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Thursday, October 23, 2014

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Fighting anti-Israelism in the U.K.

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When he was ambassador to Britain – a post that he left earlier this year in order to head Israel’s delegation to the United Nations – Ron Prosor expressed his dismay that “the core British values of fairness, decency, and common sense” were “under threat” when it came to Israel.

Writing in the Telegraph (June 10, 2008), he lamented that “Israel faces an intensified campaign of delegitimization, demonization and double standards.” Britain, he feared had “become a hotbed of radical anti-Israeli views and a haven for disingenuous calls for a ‘one-state solution’, a euphemistic name for a movement advocating Israel’s destruction.”

Prosor’s concerns are, of course, well founded and echo the views of so many who have drawn attention to the increasingly hostile climate that Israel – and Jews in general – need to contend with, not only in Britain, but throughout Europe. Recently, in the Jerusalem Post (June 8, 2011), columnist Isi Leibler referred to “the pathological antisemitic hatred sweeping Europe.” The mix of what he describes as “rampant anti-Israelism” with “the revival of classical antsemitism” has, in his opinion, created an environment for the Jews of Europe that may be “even worse than the 1930s during the heyday of Nazi propaganda.”

Part of the problem, in Leibler’s view, is that “in many communities the Jewish leaders are in a state of denial, insisting that the levels of antisemitism are wildly exaggerated, arguing that the principal issue of contention is the Jewish state and that one must distinguish between the demonization and delegitimization of Israel and Jew hatred.”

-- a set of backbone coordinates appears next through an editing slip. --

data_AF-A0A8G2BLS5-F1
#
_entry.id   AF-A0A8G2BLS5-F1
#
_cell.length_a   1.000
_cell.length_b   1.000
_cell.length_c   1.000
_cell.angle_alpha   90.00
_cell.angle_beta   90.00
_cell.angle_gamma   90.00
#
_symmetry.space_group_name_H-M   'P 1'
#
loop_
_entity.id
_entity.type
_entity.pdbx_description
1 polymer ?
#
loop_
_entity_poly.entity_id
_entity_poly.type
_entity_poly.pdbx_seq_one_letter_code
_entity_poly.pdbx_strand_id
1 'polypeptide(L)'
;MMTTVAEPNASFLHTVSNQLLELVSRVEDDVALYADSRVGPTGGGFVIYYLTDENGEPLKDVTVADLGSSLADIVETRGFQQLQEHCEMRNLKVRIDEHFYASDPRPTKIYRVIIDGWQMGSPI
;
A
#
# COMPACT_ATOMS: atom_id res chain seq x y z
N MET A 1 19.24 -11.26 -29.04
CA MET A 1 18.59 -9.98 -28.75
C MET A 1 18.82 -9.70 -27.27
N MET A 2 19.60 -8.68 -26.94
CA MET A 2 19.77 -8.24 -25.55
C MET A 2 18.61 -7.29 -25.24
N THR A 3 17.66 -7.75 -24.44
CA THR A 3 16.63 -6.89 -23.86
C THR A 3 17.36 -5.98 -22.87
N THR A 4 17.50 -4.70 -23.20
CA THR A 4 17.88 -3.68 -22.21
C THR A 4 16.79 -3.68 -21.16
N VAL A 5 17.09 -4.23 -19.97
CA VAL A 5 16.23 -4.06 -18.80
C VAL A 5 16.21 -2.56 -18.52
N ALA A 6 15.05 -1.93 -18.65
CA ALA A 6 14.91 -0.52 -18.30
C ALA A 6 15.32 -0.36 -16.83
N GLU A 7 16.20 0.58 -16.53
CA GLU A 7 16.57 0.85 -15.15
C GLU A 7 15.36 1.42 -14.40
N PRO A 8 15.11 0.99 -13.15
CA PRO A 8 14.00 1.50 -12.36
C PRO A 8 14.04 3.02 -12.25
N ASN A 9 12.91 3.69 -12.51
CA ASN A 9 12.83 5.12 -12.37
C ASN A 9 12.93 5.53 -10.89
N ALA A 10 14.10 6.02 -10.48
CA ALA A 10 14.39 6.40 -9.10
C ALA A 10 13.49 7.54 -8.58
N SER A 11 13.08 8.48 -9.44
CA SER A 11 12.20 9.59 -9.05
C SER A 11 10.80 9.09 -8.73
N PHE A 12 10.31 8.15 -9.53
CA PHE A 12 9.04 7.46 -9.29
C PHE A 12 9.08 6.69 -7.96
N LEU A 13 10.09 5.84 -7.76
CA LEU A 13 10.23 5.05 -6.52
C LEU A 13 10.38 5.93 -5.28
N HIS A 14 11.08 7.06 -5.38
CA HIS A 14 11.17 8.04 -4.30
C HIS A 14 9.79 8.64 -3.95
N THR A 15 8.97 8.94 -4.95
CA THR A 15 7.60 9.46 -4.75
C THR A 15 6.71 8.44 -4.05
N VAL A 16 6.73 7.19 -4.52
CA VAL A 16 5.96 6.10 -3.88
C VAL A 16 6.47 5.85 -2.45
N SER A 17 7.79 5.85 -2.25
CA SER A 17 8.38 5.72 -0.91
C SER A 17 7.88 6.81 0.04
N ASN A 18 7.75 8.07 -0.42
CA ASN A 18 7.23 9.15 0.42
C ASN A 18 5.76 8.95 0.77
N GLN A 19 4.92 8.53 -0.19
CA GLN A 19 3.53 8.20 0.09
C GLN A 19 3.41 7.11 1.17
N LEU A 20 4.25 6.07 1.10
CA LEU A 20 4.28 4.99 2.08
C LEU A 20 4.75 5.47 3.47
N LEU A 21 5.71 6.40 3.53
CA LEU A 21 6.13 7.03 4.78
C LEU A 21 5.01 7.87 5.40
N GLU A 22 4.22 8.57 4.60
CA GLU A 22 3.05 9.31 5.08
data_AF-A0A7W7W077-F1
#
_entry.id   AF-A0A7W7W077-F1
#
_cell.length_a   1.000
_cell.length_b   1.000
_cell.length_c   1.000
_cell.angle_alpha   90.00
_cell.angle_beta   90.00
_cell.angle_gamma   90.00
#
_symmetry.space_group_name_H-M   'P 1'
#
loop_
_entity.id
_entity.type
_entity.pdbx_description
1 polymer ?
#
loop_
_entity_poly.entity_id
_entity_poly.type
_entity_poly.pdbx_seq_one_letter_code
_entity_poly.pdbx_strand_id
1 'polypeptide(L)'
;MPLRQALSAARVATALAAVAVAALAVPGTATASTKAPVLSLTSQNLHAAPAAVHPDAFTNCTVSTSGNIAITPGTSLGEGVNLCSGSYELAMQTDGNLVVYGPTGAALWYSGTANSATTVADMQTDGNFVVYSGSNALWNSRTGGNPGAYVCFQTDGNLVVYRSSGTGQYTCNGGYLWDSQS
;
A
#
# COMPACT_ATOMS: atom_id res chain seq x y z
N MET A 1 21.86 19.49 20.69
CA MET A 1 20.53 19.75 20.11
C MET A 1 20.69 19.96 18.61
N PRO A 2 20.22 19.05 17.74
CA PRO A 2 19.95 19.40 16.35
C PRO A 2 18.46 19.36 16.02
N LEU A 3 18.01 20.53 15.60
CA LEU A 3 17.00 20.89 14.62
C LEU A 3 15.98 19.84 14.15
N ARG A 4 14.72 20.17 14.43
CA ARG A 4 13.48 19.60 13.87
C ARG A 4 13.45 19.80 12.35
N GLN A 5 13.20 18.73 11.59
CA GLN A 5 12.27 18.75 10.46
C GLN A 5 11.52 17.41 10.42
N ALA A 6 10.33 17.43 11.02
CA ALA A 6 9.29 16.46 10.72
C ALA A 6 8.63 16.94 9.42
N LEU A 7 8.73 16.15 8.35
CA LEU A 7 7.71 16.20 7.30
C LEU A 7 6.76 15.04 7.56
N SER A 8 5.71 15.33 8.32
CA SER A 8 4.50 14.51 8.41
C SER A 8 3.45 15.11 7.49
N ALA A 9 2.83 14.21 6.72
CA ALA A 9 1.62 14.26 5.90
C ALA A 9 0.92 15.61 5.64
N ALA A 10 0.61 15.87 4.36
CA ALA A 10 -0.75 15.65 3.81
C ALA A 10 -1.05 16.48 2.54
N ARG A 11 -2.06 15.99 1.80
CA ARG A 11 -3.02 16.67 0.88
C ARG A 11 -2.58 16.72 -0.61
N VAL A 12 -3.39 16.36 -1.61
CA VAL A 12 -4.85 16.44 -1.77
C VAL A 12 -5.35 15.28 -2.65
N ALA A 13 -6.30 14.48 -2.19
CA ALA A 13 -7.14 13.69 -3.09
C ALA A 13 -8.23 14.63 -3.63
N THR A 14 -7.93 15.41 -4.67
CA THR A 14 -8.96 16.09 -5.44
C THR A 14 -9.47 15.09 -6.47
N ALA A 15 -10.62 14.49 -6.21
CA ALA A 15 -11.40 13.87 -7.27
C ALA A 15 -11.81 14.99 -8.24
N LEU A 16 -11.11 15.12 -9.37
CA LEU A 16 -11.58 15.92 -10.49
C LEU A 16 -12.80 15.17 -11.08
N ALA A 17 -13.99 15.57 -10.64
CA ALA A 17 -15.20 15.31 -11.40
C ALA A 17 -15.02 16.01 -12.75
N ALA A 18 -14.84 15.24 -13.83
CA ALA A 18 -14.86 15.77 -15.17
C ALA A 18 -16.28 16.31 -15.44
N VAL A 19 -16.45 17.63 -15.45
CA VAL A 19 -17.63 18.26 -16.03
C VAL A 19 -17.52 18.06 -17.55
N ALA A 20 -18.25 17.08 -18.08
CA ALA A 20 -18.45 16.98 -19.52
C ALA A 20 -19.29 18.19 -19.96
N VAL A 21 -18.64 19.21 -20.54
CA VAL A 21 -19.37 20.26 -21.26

And while there is more than ample evidence that Leibler’s impressions of European Jewry are accurate, there are fortunately still instances where the resolute voices of activism and urgency are able to filter through the ether of appeasement and complacency.

Such voices were heard in mid-May at a convention in London, sponsored by the Britain Israel Communications and Research Centre (BICOM). Under the banner of “we believe in Israel,” and launched with the pledge that “we will not be seen as the generation who did not do enough,” the meeting attracted 1,500 delegates, the largest attendance ever at an Israel advocacy conference in Britain.

The list of (almost 100) speakers included Jewish Agency for Israel chair Natan Sharansky; Israel’s minister of education, Gideon Sa’ar; Britain’s ambassador to Israel, Matthew Gould; the former commander of British troops in Afghanistan, Col. Richard Kemp; politicians from both the British House of Commons and House of Lords; academics; journalists, and religious and community leaders. Notably, 20 per cent of the participants were of student age.

At a time when anti-Israel sentiment in Britain is becoming ever more strident and uncompromising, it’s especially encouraging that the BICOM conference was so successful. The message may at last be percolating that it’s long overdue that the Jewish collective gets off its knees and begins to stand up to those who, through word and action, seek to destroy the State of Israel.

And what better place to start than in Britain, which, through its post-colonial geographic machinations in the aftermath of World War II, created the template for most of the conflict in the Middle East in the first place.

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